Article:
Putin announced that Russia approved a COVID-19 vaccine — and gave it to his daughter — despite serious concerns over its safety
- Russian President Vladimir Putin said on Tuesday that Russia had approved a COVID-19 vaccine, the world's first.
- "I know that it works quite effectively, forms strong immunity, and, I repeat, it has passed all the needed checks," Putin said on Tuesday.
- The move has raised concerns because it has not undergone phase 3 trials, which are considered essential to guarantee the safety of a vaccine.
Russian President Vladimir Putin says his government has approved the world's first
"I know that it works quite effectively, forms strong immunity, and, I repeat, it has passed all the needed checks," Putin said on Tuesday, according to Reuters.
He said one of his two daughters had been given the drug and was feeling well, according to the Associated Press, adding that he hoped the vaccine would begin mass production soon.
Russia has rolled out a COVID-19 vaccine at a fast pace even compared with other countries. Some officials have characterized the process as a race with other nations, particularly the US.
Read more: There are more than 160 research programs hunting for a coronavirus vaccine. Here's how the top drugmakers see the race for a cure playing out and when the first shots might be available.
But scientists outside Russia have raised significant concerns about the so-called Gamaleya vaccine, named after the Gamaleya Institute in Moscow where it is being developed.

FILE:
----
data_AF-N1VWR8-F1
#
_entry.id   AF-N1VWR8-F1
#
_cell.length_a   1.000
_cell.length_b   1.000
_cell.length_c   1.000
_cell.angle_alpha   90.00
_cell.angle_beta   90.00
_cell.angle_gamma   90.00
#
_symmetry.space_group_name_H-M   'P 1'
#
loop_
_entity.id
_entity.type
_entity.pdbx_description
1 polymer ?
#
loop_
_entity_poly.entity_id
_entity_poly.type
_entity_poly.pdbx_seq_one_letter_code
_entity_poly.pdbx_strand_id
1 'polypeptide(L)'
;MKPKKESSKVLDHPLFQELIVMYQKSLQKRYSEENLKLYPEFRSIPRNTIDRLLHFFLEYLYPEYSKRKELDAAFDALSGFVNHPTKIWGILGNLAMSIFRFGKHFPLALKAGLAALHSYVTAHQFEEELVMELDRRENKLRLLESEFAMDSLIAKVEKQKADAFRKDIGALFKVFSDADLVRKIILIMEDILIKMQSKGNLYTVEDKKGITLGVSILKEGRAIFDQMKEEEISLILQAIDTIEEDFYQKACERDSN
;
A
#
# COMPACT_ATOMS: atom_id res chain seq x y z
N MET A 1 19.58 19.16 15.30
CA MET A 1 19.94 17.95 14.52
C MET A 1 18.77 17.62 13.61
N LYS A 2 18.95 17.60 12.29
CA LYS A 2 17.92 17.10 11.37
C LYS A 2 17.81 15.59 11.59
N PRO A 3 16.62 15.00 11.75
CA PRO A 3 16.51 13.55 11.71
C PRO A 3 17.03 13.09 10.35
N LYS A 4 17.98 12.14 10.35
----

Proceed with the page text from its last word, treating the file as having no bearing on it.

The concerns stem from the fact that the vaccine has not undergone phase 3 trials, which are considered essential to guarantee the safety of a vaccine.
There were widespread reports last month that scientists at the Gamaleya Institute had injected themselves with the prototype to speed up the development, and rushed through other tests.
Russia's Association of Clinical Research Organizations said the decision by scientists to inject themselves was a "crude violation of the very foundations of clinical research, Russian law, and universally accepted international regulations," according to the Associated Press.
Phase 3 trials, which usually involve thousands of participants, will instead begin after the vaccine has received regulatory approval, Reuters reported.
Read more: The first look at human data from the coronavirus-vaccine front-runners is in. Here's how Pfizer, Moderna, and AstraZeneca stack up as they race to have their shots ready this fall.
Russian government sources told Reuters last month that health workers would be offered the vaccine on a voluntary basis after it had received regulatory approval.
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